> Why Token Ring is better technology than Ethernet?
AIUI one of the claims at the time (early 1990s) was that 10Mb Ethernet didn't scale well because as the number of machines on the LAN increased, the number of collisions increased too, reducing overall performance.
A collision is when 2 machines try to send at the same time. This doesn't work, so they sense it, back off, and wait a random interval before trying again.
It is important to note that 10base-T is physically a hub-and-spoke network: all the machines connect to a hub, or an interconnected stack of hubs, which relay the traffic on any port to all ports.
If you had 60-70 machines on a single 10Mb Ethernet network, it got very congested and performance fell off a cliff. Even original 4Mb Token Ring could outperform it.
So, for a time, it was true: Token Ring scaled better, because there were no collisions. There's only ever 1 token, going round and round, and the machine with the token "owns" the network and can send and receive what it wants, without competition, with no risk of collision.
When you got to 100Mb Ethernet, this became a major problem, and the new faster 16Mb TR looked good by comparison.
So in theory, 16Mb TR outperformed 100Mb FE... but only if the FE LAN used a hub. If it used a switch instead, the problem disappeared, and suddenly FE became significantly faster. About 6 times faster in fact.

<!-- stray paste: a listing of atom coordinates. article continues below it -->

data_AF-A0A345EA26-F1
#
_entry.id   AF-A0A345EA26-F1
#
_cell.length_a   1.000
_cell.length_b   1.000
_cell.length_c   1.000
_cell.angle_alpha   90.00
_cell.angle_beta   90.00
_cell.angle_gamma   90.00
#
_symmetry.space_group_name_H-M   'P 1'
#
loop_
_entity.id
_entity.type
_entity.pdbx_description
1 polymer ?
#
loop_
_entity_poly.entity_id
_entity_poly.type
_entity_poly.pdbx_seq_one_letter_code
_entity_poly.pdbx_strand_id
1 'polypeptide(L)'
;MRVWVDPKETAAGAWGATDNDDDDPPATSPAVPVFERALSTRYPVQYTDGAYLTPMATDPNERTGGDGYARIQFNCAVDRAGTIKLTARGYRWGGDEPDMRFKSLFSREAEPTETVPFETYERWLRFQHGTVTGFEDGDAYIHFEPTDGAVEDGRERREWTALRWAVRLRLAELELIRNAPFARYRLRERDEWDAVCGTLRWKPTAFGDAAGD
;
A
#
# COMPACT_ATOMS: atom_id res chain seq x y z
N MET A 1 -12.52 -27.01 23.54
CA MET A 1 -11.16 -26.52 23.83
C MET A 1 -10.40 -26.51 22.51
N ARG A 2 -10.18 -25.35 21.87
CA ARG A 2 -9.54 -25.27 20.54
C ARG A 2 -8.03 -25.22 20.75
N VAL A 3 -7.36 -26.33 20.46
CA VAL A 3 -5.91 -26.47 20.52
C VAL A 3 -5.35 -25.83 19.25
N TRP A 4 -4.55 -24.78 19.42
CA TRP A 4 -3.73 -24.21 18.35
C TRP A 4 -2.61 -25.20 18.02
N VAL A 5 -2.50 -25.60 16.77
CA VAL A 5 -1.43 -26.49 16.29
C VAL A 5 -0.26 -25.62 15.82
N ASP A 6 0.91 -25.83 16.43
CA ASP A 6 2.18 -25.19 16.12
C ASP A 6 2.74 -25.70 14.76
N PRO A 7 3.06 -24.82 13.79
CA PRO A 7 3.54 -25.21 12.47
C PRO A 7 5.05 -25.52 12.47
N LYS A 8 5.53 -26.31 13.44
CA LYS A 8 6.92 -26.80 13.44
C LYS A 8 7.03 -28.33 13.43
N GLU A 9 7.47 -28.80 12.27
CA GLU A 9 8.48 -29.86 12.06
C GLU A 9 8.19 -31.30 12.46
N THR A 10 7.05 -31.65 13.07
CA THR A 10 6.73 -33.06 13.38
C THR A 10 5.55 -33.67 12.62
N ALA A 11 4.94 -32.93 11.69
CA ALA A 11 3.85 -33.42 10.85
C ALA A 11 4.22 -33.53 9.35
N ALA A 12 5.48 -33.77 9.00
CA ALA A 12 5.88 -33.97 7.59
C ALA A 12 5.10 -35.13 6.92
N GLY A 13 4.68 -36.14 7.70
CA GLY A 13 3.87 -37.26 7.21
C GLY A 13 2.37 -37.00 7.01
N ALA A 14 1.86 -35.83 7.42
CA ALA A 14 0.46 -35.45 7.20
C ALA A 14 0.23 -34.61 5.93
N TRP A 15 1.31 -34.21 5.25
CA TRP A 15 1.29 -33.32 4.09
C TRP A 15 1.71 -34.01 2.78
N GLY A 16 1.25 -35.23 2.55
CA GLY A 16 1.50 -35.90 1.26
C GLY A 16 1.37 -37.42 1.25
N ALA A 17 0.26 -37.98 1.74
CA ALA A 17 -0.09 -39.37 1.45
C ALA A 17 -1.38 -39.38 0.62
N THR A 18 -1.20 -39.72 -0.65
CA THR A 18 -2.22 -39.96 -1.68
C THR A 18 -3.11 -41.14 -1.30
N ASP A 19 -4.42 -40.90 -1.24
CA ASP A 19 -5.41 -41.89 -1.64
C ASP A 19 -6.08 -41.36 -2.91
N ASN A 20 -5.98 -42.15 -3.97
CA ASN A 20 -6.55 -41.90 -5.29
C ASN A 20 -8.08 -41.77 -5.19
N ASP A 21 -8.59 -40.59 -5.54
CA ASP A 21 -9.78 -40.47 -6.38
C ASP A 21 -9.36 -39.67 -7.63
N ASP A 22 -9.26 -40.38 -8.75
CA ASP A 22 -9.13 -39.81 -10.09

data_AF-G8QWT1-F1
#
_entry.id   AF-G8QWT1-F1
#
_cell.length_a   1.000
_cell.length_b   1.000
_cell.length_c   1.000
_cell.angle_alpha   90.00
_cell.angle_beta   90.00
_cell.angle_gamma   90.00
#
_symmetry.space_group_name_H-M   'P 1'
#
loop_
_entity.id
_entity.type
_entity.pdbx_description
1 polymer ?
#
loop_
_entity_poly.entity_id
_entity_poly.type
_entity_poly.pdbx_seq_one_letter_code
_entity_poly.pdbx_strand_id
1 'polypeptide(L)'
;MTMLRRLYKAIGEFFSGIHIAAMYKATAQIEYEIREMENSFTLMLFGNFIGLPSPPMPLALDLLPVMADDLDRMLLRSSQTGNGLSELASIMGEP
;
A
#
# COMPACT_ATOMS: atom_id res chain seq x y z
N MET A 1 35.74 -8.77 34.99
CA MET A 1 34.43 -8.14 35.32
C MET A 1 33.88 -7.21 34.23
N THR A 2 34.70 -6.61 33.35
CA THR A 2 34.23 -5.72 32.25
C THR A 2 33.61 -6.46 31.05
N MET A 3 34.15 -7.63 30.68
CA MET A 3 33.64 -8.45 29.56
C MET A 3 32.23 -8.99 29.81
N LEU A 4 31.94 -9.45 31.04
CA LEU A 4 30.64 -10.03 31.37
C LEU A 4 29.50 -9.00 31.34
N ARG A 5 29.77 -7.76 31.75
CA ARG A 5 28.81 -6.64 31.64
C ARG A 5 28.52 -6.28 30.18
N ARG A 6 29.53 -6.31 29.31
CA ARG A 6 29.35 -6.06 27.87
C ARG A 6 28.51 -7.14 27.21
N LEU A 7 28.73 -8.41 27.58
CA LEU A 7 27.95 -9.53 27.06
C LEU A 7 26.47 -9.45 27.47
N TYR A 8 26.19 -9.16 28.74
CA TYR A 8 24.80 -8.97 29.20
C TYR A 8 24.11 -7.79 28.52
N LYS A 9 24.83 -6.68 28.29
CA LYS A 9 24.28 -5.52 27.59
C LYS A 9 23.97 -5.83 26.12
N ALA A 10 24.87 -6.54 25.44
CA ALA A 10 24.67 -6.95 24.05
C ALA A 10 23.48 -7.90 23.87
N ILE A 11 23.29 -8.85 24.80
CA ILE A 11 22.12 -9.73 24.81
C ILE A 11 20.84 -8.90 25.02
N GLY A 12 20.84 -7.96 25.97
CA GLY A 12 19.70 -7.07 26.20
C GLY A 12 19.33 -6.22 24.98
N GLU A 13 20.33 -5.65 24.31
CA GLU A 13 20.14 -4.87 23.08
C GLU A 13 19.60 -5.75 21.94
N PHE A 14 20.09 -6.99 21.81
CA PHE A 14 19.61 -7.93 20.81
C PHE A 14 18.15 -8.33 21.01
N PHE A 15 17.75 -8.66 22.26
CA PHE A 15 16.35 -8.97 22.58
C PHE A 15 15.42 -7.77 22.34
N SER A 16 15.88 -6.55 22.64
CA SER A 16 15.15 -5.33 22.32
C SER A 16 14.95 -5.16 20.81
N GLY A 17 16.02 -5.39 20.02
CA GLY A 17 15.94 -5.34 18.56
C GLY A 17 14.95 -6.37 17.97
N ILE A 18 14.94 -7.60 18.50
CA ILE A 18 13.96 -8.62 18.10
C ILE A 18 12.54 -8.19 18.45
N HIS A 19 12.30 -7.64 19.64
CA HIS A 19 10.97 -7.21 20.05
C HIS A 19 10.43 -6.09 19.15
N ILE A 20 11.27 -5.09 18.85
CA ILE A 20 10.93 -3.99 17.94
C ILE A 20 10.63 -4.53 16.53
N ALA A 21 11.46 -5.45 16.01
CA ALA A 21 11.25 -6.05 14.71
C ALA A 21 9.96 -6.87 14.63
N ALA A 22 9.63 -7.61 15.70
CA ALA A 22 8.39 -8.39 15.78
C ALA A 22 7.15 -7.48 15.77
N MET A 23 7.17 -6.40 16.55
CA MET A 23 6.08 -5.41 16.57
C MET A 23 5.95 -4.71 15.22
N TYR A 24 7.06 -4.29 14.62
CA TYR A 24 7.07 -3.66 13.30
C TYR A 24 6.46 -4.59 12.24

In the era of 10base-T, the only solution was to segment the network with network bridges, because collisions only happen within a single network segment. Bridges don't propagate traffic unless it's addressed to a machine on the other side of the bridge. But bridges were expensive and small cheap networks didn't have them: they were all single-segment networks.
But around the time that Fast Ethernet started to go mainstream, network switches got cheap and started to replace hubs. Switches are smart: they don't just blindly relay all traffic, they only relay traffic to a given port if it's addressed to the machine on that port.
That means that almost all the collisions just go away. The port with the server on it gets busy but the other ports stay quiet most of the time.
If you have 2 servers, or a server and an internet gateway, even that's less of a problem.
So the theoretical advantage which made the more expensive tech worthwhile went away due to commoditisation and cheap high-performance switch chips.